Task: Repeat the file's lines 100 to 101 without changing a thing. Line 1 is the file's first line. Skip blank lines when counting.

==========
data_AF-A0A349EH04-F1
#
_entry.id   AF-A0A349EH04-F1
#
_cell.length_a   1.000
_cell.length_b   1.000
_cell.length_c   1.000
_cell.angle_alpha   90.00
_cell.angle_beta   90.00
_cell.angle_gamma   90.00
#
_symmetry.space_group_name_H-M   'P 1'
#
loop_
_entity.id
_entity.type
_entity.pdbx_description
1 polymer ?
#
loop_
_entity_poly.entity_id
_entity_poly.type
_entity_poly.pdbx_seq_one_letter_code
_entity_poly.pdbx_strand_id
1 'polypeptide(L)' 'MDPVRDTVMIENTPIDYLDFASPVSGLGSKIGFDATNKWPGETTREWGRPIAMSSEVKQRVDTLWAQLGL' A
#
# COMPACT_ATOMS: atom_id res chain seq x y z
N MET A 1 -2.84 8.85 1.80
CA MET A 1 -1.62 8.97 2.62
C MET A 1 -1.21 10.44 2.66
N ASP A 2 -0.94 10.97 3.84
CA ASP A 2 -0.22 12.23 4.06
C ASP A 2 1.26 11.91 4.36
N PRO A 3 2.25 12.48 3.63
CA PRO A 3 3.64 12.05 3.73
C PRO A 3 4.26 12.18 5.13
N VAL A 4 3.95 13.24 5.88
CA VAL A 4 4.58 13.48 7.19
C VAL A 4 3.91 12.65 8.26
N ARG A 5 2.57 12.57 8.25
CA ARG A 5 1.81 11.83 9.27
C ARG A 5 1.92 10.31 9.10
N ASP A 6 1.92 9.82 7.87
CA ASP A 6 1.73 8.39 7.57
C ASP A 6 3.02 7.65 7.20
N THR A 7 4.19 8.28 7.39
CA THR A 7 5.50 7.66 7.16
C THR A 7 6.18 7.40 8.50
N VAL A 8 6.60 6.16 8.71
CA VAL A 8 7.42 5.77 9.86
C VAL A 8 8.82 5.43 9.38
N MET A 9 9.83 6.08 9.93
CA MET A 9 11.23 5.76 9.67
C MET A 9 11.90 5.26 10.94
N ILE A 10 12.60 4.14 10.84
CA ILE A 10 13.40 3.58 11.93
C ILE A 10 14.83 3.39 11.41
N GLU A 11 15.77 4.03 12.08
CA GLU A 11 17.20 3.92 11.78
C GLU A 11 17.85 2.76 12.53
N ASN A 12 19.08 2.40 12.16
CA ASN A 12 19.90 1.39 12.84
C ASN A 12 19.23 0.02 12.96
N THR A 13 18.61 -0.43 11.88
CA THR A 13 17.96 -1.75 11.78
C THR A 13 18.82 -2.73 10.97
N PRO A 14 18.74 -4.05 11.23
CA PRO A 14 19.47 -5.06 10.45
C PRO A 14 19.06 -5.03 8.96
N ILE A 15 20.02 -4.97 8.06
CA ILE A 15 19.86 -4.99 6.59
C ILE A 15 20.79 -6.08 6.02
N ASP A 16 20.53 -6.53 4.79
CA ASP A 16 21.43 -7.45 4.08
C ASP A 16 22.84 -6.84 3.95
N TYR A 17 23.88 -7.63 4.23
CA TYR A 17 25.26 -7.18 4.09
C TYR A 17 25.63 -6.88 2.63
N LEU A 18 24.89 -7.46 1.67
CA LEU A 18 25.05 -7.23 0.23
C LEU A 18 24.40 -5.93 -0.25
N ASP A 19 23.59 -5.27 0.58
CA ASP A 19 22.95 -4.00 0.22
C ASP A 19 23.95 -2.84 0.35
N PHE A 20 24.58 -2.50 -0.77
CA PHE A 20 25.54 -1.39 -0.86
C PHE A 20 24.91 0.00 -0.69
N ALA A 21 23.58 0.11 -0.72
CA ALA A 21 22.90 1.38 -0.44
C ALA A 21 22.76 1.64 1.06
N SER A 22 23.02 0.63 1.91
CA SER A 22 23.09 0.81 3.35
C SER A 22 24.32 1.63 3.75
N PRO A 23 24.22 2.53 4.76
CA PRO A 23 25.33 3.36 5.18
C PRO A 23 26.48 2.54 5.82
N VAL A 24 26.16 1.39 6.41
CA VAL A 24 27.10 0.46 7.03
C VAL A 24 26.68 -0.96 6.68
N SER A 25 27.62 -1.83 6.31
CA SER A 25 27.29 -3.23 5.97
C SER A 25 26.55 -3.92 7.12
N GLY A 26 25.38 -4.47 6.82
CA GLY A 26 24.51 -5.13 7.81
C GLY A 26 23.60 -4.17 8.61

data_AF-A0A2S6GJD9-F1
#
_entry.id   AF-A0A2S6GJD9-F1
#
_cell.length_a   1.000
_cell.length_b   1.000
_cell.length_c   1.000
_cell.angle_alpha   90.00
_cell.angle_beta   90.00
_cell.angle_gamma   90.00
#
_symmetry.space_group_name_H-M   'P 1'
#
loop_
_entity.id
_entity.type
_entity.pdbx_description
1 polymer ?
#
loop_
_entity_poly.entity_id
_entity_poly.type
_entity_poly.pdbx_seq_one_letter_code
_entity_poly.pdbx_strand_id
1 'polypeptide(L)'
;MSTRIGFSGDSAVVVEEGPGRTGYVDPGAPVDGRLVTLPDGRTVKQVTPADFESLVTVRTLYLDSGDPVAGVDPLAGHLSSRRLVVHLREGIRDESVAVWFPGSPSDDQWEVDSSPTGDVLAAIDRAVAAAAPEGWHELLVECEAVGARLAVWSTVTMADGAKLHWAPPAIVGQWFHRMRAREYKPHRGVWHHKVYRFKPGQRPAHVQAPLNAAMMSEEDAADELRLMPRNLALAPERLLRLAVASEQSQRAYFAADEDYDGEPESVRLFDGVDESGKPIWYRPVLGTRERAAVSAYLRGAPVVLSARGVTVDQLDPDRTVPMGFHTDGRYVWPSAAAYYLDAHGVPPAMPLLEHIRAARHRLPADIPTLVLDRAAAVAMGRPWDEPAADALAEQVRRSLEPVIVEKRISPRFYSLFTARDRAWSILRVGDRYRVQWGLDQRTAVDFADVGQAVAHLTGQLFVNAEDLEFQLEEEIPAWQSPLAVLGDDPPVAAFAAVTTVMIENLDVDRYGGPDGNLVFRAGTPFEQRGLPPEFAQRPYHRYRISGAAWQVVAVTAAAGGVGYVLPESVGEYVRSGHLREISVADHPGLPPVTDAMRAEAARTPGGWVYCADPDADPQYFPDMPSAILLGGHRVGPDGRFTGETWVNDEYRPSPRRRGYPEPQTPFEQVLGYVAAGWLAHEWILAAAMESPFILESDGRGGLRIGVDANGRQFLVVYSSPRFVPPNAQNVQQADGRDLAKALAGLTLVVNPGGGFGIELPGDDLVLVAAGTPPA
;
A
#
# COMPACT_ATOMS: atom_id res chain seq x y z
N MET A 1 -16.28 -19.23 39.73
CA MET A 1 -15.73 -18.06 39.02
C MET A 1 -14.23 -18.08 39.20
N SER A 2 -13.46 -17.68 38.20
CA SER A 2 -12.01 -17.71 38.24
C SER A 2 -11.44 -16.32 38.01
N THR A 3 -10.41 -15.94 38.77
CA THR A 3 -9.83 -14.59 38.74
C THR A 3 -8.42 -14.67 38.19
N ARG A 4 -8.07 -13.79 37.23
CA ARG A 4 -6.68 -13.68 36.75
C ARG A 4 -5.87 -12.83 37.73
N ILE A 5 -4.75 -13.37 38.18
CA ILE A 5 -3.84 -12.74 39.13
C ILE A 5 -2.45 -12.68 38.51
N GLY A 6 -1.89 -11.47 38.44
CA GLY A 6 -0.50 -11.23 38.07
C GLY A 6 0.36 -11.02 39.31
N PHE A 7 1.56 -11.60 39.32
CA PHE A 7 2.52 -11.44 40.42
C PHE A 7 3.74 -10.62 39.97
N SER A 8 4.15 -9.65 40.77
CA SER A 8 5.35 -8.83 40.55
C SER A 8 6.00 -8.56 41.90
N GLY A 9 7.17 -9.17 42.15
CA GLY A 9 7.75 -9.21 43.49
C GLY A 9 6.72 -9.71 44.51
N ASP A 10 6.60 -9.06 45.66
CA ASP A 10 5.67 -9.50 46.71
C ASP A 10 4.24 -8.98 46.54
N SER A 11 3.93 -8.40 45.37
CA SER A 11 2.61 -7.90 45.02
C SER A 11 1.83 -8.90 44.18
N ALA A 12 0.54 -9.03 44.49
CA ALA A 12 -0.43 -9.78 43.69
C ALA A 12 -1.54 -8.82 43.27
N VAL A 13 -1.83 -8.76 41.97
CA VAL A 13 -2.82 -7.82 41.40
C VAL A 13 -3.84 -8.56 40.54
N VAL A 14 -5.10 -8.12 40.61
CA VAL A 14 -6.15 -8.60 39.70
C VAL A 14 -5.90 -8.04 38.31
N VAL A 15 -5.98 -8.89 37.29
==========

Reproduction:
N SER A 25 27.62 -1.83 6.31
CA SER A 25 27.29 -3.23 5.97